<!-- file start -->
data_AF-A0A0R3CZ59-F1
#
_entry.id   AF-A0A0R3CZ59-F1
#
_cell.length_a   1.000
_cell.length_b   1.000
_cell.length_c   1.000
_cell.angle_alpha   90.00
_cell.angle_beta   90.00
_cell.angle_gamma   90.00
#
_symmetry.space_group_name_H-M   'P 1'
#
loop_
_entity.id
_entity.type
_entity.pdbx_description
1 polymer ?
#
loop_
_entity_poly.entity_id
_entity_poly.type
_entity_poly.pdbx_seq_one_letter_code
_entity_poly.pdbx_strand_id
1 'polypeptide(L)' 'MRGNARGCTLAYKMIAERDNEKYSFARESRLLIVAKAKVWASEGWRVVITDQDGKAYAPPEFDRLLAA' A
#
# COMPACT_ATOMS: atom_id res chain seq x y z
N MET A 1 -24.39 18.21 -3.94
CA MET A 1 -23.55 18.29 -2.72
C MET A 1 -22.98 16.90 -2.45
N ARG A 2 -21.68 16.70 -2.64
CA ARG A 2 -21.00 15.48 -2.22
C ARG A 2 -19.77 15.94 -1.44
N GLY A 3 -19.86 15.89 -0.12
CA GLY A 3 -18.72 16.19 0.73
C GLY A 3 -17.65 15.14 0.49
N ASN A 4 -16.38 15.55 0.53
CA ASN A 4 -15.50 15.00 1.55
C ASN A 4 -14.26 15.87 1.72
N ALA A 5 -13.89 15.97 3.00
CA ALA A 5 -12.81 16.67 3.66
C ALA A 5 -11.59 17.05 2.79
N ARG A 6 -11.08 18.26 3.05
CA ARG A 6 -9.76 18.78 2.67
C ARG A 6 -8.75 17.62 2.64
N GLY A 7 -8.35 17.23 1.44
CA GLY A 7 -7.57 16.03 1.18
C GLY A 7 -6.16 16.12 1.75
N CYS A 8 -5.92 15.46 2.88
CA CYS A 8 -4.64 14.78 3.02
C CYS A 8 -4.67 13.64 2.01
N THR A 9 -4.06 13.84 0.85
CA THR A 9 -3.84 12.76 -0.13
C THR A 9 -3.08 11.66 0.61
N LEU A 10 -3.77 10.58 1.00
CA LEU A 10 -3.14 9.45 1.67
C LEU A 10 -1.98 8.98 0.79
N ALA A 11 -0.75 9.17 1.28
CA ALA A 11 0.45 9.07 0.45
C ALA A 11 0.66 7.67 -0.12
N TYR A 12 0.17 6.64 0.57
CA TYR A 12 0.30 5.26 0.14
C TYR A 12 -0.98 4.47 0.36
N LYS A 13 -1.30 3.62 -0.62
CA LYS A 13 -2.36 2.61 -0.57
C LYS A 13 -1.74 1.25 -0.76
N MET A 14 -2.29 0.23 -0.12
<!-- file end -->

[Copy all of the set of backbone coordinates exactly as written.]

data_AF-A0A0R3CZ59-F1
#
_entry.id   AF-A0A0R3CZ59-F1
#
_cell.length_a   1.000
_cell.length_b   1.000
_cell.length_c   1.000
_cell.angle_alpha   90.00
_cell.angle_beta   90.00
_cell.angle_gamma   90.00
#
_symmetry.space_group_name_H-M   'P 1'
#
loop_
_entity.id
_entity.type
_entity.pdbx_description
1 polymer ?
#
loop_
_entity_poly.entity_id
_entity_poly.type
_entity_poly.pdbx_seq_one_letter_code
_entity_poly.pdbx_strand_id
1 'polypeptide(L)' 'MRGNARGCTLAYKMIAERDNEKYSFARESRLLIVAKAKVWASEGWRVVITDQDGKAYAPPEFDRLLAA' A
#
# COMPACT_ATOMS: atom_id res chain seq x y z
N MET A 1 -24.39 18.21 -3.94
CA MET A 1 -23.55 18.29 -2.72
C MET A 1 -22.98 16.90 -2.45
N ARG A 2 -21.68 16.70 -2.64
CA ARG A 2 -21.00 15.48 -2.22
C ARG A 2 -19.77 15.94 -1.44
N GLY A 3 -19.86 15.89 -0.12
CA GLY A 3 -18.72 16.19 0.73
C GLY A 3 -17.65 15.14 0.49
N ASN A 4 -16.38 15.55 0.53
CA ASN A 4 -15.50 15.00 1.55
C ASN A 4 -14.26 15.87 1.72
N ALA A 5 -13.89 15.97 3.00
CA ALA A 5 -12.81 16.67 3.66
C ALA A 5 -11.59 17.05 2.79
N ARG A 6 -11.08 18.26 3.05
CA ARG A 6 -9.76 18.78 2.67
C ARG A 6 -8.75 17.62 2.64
N GLY A 7 -8.35 17.23 1.44
CA GLY A 7 -7.57 16.03 1.18
C GLY A 7 -6.16 16.12 1.75
N CYS A 8 -5.92 15.46 2.88
CA CYS A 8 -4.64 14.78 3.02
C CYS A 8 -4.67 13.64 2.01
N THR A 9 -4.06 13.84 0.85
CA THR A 9 -3.84 12.76 -0.13
C THR A 9 -3.08 11.66 0.61
N LEU A 10 -3.77 10.58 1.00
CA LEU A 10 -3.14 9.45 1.67
C LEU A 10 -1.98 8.98 0.79
N ALA A 11 -0.75 9.17 1.28
CA ALA A 11 0.45 9.07 0.45
C ALA A 11 0.66 7.67 -0.12
N TYR A 12 0.17 6.64 0.57
CA TYR A 12 0.30 5.26 0.14
C TYR A 12 -0.98 4.47 0.36
N LYS A 13 -1.30 3.62 -0.62
CA LYS A 13 -2.36 2.61 -0.57
C LYS A 13 -1.74 1.25 -0.76
N MET A 14 -2.29 0.23 -0.12